Fatima Robinson Talks Dance, Wesley Snipes, and ‘Coming 2 America’

Image from COMING 2 AMERICA — Courtesy of Amazon Studios

Karen Peterson/We Live Entertainment: Before we get into Coming 2 America, can you talk a bit about how you got into choreography in the first place?

Fatima Robinson: I grew up here in LA and I always loved dancing. I would film shows like Solid Gold and Fame and film music videos on MTV and watch those. I’m self taught in that way. I just loved to dance, it was a big hobby for me growing up. And then there used to be these 18 and over clubs in LA that I would go to that had big dance contests. People would see me dancing in those, and one of the people was John Singleton. He had just graduated from USC film school, and was like, “I’m gonna put you in my movie.” We’re like, “Yeah, whatever.” And I was an extra in Boyz in the Hood.

But later, when he was looking for a choreographer for a music video he was doing, he kept coming up with my name. He’s like, “I know that girl,” so he calls me and he tells me about this amazing concept. And oh, Iman’s going to be in it and Eddie Murphy. And all of a sudden, it ended up being “Remember the Time” from Michael Jackson. I did that when I was 21. Having that job at an early age made me really pursue it as a career.

KP: It’s so great when you get to have those moments in life when you’re young, and then here you are, all these years later, getting to getting to do the sequel that Coming to America.

FR: I know, so wild! And getting to work with Eddie Murphy again was amazing.

KP: How did you get involved in this film?

FR: Craig Brewer, the director, gave me a call. I was on a very short list of choreographers they were looking at, and we just had a great conversation and I threatened him that I would stalk him and cut him deep if he didn’t hire me. No, I’m just playing! {laughs} It was just a perfect match. And I worked with Eddie on Dreamgirls and some other films. It just felt right. All the planets aligned, and it worked out in my schedule, and it was just a fun, awesome thing to do.

KP: You get to do several different types of work for this film. There are so many different styles at play here. Where did you start?

FR: African dance. Yeah, the root of everything is African and with this one, definitely started with some drummers in the room and some assistants and moving our bodies and figuring out what worked, and what we felt would be beautiful for the funeral scene. And then Craig wanted to do the song, “Get Off” for one of the other scenes. So just working on that track, and figuring out how we can modernize it.

KP: What were some of the challenges?

FR: I don’t know if I would necessarily say they’re challenges, it’s just finding ways that the dance helps move the story forward. And making sure that you’re always hitting those beats for the actors, whether they’re comedic beats, or they’re just helping tell the story of what’s going on in the scene so it doesn’t feel awkward. So, that’s always a good and fun challenge to have.

KP: How many scenes did you choreograph?

FR: Some of them aren’t really necessarily dance. Whenever General Izzi, played by Wesley Snipes, will come in, we’d have all his soldiers and all that was choreographed. So we would call those General Izzi’s entrances. And we had a couple of those. Then we had our big funeral scene, and then we had the “Get Off” scene and then a couple of little things sprinkled here. There’s moments where people don’t necessarily think something was choreographed but it was. My job was to make it feel like it wasn’t at all. So although it wasn’t a musical, there were quite a few numbers that had to be done.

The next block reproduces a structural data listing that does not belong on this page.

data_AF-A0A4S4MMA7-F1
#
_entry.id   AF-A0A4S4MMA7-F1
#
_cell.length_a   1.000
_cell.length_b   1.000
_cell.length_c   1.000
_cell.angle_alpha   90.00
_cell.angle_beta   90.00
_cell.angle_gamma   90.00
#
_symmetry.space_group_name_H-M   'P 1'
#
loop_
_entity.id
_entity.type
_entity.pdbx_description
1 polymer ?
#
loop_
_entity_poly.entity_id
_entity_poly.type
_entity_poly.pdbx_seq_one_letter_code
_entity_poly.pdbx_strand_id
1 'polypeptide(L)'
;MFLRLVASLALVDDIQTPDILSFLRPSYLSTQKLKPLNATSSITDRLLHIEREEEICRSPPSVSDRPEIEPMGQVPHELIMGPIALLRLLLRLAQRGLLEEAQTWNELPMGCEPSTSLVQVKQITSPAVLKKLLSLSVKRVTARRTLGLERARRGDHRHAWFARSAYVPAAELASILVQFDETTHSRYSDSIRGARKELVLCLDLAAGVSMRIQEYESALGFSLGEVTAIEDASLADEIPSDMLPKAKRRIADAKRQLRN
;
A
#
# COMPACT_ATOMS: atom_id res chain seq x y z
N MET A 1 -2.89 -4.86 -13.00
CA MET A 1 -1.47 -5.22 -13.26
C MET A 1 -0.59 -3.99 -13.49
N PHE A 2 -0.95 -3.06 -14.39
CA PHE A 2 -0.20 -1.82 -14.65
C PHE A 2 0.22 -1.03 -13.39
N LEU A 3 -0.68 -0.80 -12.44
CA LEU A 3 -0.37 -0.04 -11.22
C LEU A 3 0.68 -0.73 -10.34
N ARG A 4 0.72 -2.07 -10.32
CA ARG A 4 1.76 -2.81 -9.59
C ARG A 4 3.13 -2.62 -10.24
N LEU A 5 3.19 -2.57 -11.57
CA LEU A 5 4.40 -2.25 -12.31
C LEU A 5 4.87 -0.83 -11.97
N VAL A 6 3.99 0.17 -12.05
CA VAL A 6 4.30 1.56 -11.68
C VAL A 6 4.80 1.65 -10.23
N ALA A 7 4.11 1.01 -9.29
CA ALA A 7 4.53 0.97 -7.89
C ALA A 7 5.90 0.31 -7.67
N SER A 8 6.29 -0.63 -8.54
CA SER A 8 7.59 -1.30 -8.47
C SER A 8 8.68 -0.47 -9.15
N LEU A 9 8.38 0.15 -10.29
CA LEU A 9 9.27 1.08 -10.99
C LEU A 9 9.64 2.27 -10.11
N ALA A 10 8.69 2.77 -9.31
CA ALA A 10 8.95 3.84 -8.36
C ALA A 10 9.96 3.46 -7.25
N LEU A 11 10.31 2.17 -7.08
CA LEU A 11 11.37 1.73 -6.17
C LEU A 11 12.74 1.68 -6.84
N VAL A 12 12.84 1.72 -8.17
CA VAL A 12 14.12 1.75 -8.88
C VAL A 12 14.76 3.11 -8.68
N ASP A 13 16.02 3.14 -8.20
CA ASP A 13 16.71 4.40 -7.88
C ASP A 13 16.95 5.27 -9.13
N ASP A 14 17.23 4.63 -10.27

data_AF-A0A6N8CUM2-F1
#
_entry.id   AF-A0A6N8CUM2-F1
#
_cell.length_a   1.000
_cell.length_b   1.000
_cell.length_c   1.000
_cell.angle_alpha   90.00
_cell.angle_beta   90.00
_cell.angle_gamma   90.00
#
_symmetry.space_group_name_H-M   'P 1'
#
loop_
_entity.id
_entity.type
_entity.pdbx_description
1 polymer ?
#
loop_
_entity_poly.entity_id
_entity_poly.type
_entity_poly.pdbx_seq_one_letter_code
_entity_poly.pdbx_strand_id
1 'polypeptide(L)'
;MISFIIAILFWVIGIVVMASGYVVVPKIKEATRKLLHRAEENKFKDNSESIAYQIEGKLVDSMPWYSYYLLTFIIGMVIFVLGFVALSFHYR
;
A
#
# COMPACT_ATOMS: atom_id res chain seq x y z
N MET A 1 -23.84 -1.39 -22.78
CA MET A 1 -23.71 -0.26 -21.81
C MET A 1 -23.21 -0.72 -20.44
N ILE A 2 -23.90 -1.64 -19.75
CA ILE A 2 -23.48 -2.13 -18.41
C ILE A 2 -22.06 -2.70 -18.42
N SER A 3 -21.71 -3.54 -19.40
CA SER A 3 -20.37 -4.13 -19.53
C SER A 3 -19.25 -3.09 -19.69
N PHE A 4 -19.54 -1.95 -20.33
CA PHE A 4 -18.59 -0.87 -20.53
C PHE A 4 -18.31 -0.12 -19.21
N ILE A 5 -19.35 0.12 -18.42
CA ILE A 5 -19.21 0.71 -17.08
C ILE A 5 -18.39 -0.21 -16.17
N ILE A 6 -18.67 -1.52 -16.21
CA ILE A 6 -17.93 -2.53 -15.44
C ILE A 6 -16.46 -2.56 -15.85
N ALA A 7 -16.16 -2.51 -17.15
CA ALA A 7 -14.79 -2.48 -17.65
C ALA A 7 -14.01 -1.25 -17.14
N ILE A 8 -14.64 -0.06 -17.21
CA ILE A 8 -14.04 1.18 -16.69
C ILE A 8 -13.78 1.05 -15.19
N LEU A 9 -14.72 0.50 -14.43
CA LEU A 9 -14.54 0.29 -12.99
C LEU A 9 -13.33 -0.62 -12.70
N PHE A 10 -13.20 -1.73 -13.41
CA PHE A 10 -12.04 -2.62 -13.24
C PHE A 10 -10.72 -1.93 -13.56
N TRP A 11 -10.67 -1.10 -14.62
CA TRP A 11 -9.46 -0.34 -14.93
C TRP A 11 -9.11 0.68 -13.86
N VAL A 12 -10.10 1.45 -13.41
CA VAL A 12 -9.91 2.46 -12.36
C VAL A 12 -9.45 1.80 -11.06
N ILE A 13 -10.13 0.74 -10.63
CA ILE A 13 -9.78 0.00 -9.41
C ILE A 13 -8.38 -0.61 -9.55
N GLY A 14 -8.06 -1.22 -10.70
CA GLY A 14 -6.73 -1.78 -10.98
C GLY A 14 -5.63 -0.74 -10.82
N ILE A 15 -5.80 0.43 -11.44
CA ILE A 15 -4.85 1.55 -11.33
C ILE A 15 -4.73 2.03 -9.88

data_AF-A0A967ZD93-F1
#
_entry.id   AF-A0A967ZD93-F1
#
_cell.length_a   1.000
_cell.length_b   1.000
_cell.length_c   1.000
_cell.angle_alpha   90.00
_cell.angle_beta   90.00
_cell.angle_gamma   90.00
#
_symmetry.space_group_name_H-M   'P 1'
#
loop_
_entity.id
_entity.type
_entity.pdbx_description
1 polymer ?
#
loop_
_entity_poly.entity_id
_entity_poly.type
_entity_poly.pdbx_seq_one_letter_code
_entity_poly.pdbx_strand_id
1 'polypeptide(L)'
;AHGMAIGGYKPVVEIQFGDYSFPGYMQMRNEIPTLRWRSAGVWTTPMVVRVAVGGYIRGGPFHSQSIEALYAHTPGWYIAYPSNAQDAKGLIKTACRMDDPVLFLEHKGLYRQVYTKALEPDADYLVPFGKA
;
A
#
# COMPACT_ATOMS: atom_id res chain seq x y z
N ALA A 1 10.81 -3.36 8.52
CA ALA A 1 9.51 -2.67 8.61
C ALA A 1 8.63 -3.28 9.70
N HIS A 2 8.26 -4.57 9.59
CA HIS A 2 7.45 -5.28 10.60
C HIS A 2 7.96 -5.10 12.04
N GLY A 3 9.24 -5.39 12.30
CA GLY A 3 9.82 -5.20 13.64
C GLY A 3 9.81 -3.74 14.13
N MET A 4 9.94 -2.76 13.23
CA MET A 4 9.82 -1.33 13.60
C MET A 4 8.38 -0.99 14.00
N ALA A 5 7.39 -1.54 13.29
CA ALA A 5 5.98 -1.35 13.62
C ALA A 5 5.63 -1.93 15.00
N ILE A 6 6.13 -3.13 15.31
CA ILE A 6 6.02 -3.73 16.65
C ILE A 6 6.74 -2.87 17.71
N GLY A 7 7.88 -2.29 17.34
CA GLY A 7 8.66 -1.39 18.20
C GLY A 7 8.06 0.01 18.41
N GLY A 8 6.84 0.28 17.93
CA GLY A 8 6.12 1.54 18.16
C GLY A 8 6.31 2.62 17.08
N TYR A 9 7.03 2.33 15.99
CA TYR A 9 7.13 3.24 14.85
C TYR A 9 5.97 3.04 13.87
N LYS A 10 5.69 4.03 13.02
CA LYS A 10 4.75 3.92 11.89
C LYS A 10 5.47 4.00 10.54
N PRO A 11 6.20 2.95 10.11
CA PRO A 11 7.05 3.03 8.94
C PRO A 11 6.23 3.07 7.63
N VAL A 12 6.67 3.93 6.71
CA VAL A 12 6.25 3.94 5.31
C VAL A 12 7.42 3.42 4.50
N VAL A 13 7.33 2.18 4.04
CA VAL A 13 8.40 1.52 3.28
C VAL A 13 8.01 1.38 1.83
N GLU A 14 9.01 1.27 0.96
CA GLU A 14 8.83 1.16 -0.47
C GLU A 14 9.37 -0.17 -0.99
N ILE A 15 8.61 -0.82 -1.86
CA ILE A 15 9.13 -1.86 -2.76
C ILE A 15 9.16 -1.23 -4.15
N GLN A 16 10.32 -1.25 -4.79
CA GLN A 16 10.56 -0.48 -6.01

KP: When you have moments that are character driven, like all of Izzi’s entrances for example, how much of your work is driven by the script versus the actor’s performance?

FR: In the script, it reads, “General Izzi enters.” {Laughs} And then I have to work off that. The director and I will do scouts in advance of the space so that we can see how this entrance is to play out. And then with my assistants, we walk it to see how many 8 counts we need to get from one place to the next place. Then how long does the music need to go and a lot of working with the musical supervisor to create longer edits or shorter edits. It’s a whole process.

And then you work with the dancers, and then the actors step in, and then they have interpreted their way. They may have some ideas that they want to bring to the table. And then you flow with that. And then you give them some ideas that you had. So it’s a really great collaborative process. And when you get to work with people who are the best at what they do, it all makes it lots of fun, and lots of creative things come out of it.

KP: It sounds like such a joyful experience to be part of it. Did you have a favorite scene or a favorite dance that you got to create?

FR: I think the “Get Off” scene was fun. I really enjoyed working with Wesley Snipes, I have to say. He just, I was in awe of his comedic timing, and how much fun he just made each take.

KP: It’s fun when he does comedy.

FR: Mm hmm!

KP: Is there a difference, when you’re choreographing for comedy versus drama?

FR: Yeah, it’s for sure different. It’s just a different thing. You can explore the dance in such a different way. You have the permission to be silly, and that makes it interesting. Sometimes you watch a take and you can just build on that take and build on that take and build on that take as you see the scene grow and build. It just makes it so much fun.

We would like to thank Fatima Robinson for speaking with us.

You can see her brilliant choreography in Coming 2 America, now streaming on Prime Video.

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